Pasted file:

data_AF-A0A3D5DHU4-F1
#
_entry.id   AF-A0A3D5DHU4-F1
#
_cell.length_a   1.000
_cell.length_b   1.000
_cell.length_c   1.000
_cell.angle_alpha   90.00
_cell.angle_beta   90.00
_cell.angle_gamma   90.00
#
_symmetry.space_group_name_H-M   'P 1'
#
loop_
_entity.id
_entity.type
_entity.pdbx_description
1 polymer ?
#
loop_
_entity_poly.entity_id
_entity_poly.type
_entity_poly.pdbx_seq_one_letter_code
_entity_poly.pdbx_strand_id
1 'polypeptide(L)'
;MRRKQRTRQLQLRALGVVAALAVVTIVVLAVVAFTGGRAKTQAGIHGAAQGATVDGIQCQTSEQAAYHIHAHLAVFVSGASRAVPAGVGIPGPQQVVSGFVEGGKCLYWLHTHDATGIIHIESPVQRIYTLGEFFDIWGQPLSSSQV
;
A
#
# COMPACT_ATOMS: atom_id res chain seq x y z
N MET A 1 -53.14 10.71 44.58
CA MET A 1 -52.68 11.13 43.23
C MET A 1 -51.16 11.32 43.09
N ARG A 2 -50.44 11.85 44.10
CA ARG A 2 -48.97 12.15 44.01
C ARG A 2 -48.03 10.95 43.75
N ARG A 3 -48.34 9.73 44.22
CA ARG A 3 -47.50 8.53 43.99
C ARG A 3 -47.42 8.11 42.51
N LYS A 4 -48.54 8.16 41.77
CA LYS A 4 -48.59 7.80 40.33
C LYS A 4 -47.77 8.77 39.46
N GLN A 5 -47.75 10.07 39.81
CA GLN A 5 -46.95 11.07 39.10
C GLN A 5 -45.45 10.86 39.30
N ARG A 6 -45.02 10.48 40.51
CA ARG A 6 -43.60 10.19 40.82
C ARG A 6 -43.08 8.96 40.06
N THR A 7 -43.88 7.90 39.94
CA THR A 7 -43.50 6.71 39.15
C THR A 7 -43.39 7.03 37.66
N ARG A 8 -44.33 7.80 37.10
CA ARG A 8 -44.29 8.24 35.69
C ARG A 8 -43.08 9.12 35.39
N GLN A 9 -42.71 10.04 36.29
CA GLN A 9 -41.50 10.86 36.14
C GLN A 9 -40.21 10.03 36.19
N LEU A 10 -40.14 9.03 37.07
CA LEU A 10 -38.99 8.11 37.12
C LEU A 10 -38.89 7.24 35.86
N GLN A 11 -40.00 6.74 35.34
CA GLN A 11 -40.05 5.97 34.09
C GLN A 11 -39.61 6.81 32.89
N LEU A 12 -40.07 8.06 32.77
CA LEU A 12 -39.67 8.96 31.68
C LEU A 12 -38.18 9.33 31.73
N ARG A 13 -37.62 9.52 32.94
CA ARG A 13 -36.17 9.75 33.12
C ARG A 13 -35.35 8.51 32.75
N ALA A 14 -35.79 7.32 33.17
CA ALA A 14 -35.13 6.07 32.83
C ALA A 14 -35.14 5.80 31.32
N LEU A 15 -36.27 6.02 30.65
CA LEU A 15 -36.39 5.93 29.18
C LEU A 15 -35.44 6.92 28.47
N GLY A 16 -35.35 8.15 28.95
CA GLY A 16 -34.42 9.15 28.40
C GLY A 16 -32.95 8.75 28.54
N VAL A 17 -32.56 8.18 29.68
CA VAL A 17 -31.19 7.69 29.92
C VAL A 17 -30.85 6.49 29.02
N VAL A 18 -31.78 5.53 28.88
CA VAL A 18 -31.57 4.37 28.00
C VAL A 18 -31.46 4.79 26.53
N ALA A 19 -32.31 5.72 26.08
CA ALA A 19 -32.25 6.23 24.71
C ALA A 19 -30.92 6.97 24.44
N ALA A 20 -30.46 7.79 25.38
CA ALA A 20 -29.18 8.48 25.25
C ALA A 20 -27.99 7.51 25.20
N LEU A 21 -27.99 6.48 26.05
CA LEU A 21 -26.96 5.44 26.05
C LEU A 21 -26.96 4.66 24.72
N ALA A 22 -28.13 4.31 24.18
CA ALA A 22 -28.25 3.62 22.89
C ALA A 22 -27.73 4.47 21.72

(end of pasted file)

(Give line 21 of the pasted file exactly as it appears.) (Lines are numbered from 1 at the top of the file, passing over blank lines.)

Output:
_entity_poly.entity_id